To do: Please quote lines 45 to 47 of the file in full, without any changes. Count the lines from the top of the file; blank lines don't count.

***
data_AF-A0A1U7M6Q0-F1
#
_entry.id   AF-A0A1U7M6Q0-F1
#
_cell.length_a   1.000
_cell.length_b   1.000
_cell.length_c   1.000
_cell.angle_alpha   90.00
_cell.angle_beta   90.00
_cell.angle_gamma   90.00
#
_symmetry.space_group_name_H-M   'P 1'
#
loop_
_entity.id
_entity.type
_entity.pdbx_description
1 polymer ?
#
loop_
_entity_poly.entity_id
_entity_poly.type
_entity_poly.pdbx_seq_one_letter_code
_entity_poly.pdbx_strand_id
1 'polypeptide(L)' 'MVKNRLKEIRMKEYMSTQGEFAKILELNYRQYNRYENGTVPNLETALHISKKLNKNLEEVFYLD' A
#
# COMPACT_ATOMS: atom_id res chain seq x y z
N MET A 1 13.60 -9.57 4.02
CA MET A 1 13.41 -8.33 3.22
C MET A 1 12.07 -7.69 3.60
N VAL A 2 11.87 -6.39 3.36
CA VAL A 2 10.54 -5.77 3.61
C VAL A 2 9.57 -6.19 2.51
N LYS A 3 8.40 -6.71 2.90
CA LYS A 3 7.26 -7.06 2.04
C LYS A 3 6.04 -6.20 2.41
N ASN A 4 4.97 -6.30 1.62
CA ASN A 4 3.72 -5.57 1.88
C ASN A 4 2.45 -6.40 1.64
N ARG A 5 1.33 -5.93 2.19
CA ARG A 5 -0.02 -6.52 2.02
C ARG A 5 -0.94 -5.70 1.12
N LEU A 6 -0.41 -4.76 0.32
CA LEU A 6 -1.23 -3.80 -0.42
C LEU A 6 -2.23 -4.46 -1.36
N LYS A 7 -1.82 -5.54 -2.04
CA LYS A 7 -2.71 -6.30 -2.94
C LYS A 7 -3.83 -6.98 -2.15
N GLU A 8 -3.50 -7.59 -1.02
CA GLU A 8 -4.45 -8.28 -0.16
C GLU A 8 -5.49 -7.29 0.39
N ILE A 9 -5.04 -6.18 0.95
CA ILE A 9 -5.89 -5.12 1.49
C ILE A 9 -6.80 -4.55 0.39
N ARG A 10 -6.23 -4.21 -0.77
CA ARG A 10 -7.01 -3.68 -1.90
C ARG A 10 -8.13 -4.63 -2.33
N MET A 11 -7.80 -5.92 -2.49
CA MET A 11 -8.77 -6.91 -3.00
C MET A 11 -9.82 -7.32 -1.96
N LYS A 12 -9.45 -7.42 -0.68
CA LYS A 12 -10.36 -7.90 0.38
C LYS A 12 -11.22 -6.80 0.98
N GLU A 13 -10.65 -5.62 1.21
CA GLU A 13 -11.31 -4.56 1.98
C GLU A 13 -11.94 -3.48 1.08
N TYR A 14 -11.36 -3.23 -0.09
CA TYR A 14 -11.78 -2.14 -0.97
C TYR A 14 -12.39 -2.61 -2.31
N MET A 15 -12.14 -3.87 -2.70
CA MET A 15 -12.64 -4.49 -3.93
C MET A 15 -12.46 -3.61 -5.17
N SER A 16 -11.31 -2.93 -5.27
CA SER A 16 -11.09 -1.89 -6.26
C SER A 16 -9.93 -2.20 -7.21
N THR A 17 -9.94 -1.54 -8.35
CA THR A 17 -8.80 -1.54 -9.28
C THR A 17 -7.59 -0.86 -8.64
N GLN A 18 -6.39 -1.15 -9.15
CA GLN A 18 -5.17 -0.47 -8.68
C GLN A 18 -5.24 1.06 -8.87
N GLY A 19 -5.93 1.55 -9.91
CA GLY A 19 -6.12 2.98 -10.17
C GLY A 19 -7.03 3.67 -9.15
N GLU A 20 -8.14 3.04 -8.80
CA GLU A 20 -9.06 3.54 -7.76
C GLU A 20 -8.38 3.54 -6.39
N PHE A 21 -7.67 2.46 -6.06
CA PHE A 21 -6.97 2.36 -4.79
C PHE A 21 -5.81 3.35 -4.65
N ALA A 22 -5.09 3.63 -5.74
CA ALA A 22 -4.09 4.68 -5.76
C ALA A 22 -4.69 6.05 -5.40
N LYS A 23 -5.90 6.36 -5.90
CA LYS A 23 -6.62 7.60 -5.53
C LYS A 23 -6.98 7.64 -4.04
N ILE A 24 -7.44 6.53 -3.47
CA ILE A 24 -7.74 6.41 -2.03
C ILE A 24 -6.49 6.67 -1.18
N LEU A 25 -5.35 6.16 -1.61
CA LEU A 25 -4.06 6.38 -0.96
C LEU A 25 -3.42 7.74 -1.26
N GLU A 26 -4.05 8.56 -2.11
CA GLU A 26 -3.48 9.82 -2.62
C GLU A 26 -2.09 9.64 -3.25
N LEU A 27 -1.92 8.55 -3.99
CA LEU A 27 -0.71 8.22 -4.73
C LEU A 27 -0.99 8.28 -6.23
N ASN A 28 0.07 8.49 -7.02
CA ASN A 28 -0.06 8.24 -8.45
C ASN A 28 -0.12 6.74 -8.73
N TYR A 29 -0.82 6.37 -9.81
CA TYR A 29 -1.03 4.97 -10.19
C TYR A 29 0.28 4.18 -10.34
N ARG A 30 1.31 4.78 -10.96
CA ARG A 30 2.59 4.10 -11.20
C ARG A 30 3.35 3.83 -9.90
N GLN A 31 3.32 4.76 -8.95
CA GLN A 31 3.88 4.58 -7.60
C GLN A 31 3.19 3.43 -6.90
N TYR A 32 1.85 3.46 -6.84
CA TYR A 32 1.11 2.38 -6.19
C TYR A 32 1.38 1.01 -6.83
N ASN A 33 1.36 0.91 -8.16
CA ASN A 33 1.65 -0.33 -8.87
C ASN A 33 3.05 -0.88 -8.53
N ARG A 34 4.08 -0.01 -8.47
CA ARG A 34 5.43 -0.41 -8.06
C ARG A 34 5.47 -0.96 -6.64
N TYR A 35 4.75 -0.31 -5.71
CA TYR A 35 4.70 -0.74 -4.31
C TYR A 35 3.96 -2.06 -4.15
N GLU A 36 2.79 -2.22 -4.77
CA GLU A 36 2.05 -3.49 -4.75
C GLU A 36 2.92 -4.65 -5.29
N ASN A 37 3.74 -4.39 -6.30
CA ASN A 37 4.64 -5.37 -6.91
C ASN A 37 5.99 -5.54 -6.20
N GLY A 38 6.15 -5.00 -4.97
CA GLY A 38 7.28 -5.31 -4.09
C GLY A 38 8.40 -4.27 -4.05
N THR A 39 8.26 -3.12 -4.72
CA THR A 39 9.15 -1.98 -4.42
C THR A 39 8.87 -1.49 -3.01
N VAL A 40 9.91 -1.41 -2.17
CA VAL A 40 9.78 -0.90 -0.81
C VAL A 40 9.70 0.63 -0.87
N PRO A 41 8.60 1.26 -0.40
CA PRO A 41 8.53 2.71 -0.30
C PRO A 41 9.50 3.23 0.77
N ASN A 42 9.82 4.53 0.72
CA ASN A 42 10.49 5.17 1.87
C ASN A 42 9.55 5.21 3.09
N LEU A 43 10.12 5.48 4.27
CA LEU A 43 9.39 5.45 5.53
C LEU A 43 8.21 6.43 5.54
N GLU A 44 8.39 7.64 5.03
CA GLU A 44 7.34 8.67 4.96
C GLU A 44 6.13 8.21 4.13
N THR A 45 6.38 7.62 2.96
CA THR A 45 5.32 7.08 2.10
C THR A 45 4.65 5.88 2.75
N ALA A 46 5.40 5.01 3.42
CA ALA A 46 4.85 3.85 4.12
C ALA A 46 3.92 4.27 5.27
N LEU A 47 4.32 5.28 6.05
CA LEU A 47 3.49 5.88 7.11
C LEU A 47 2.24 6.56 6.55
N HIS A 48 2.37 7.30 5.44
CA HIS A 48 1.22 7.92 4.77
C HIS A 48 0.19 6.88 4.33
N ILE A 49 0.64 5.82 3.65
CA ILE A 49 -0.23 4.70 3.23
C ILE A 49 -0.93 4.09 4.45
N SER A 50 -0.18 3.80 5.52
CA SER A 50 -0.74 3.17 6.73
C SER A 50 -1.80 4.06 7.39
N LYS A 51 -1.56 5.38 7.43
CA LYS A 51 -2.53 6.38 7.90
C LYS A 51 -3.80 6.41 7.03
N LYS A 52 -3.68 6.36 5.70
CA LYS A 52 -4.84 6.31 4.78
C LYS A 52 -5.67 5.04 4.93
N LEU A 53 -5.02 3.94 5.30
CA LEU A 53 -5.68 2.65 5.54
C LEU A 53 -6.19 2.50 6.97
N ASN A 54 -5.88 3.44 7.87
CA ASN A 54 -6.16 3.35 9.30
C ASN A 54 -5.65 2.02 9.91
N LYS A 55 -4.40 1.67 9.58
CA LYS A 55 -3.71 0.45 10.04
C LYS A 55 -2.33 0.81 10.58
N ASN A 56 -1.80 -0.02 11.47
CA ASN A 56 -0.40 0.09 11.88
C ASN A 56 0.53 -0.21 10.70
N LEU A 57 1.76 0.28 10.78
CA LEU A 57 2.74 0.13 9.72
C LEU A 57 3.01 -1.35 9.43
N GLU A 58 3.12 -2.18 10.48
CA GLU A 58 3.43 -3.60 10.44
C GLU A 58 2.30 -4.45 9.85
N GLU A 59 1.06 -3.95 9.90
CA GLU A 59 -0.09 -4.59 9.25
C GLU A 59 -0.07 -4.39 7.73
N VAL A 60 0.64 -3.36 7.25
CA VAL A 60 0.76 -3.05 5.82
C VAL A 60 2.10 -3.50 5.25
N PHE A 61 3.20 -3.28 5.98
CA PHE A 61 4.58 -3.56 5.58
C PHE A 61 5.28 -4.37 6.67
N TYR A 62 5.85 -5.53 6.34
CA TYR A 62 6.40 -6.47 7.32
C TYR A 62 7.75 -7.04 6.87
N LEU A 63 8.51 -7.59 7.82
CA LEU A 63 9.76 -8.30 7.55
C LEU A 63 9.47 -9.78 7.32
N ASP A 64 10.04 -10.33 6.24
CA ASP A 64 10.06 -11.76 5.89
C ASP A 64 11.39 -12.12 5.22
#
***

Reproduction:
C LEU A 6 -2.23 -4.46 -1.36
N LYS A 7 -1.82 -5.54 -2.04
CA LYS A 7 -2.71 -6.30 -2.94